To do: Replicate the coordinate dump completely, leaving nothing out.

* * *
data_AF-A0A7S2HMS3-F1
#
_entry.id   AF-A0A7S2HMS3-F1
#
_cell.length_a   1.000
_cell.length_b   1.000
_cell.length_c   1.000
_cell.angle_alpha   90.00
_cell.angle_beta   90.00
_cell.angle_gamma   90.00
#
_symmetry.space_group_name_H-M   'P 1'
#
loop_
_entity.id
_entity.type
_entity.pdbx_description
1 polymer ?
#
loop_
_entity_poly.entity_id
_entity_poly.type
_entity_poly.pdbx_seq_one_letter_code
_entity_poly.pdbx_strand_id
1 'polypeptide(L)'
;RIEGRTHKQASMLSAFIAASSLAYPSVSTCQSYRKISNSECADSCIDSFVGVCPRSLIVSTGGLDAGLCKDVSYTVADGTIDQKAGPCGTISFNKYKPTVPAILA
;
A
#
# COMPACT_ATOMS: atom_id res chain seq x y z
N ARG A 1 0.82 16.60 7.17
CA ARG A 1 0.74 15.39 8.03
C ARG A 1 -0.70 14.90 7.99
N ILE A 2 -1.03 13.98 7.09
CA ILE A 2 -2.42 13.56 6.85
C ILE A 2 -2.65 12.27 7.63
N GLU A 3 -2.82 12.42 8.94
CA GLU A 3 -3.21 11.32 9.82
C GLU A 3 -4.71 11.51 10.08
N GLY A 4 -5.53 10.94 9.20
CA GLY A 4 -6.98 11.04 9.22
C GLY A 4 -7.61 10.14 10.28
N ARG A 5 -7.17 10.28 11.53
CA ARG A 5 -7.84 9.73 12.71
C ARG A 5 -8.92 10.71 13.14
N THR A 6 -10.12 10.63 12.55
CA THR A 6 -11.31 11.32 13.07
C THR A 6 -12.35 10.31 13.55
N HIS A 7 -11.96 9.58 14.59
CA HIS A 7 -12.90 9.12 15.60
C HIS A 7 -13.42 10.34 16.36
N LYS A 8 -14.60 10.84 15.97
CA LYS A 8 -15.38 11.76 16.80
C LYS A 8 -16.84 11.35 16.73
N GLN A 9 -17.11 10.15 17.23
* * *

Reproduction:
data_AF-A0A7S2HMS3-F1
#
_entry.id   AF-A0A7S2HMS3-F1
#
_cell.length_a   1.000
_cell.length_b   1.000
_cell.length_c   1.000
_cell.angle_alpha   90.00
_cell.angle_beta   90.00
_cell.angle_gamma   90.00
#
_symmetry.space_group_name_H-M   'P 1'
#
loop_
_entity.id
_entity.type
_entity.pdbx_description
1 polymer ?
#
loop_
_entity_poly.entity_id
_entity_poly.type
_entity_poly.pdbx_seq_one_letter_code
_entity_poly.pdbx_strand_id
1 'polypeptide(L)'
;RIEGRTHKQASMLSAFIAASSLAYPSVSTCQSYRKISNSECADSCIDSFVGVCPRSLIVSTGGLDAGLCKDVSYTVADGTIDQKAGPCGTISFNKYKPTVPAILA
;
A
#
# COMPACT_ATOMS: atom_id res chain seq x y z
N ARG A 1 0.82 16.60 7.17
CA ARG A 1 0.74 15.39 8.03
C ARG A 1 -0.70 14.90 7.99
N ILE A 2 -1.03 13.98 7.09
CA ILE A 2 -2.42 13.56 6.85
C ILE A 2 -2.65 12.27 7.63
N GLU A 3 -2.82 12.42 8.94
CA GLU A 3 -3.21 11.32 9.82
C GLU A 3 -4.71 11.51 10.08
N GLY A 4 -5.53 10.94 9.20
CA GLY A 4 -6.98 11.04 9.22
C GLY A 4 -7.61 10.14 10.28
N ARG A 5 -7.17 10.28 11.53
CA ARG A 5 -7.84 9.73 12.71
C ARG A 5 -8.92 10.71 13.14
N THR A 6 -10.12 10.63 12.55
CA THR A 6 -11.31 11.32 13.07
C THR A 6 -12.35 10.31 13.55
N HIS A 7 -11.96 9.58 14.59
CA HIS A 7 -12.90 9.12 15.60
C HIS A 7 -13.42 10.34 16.36
N LYS A 8 -14.60 10.84 15.97
CA LYS A 8 -15.38 11.76 16.80
C LYS A 8 -16.84 11.35 16.73
N GLN A 9 -17.11 10.15 17.23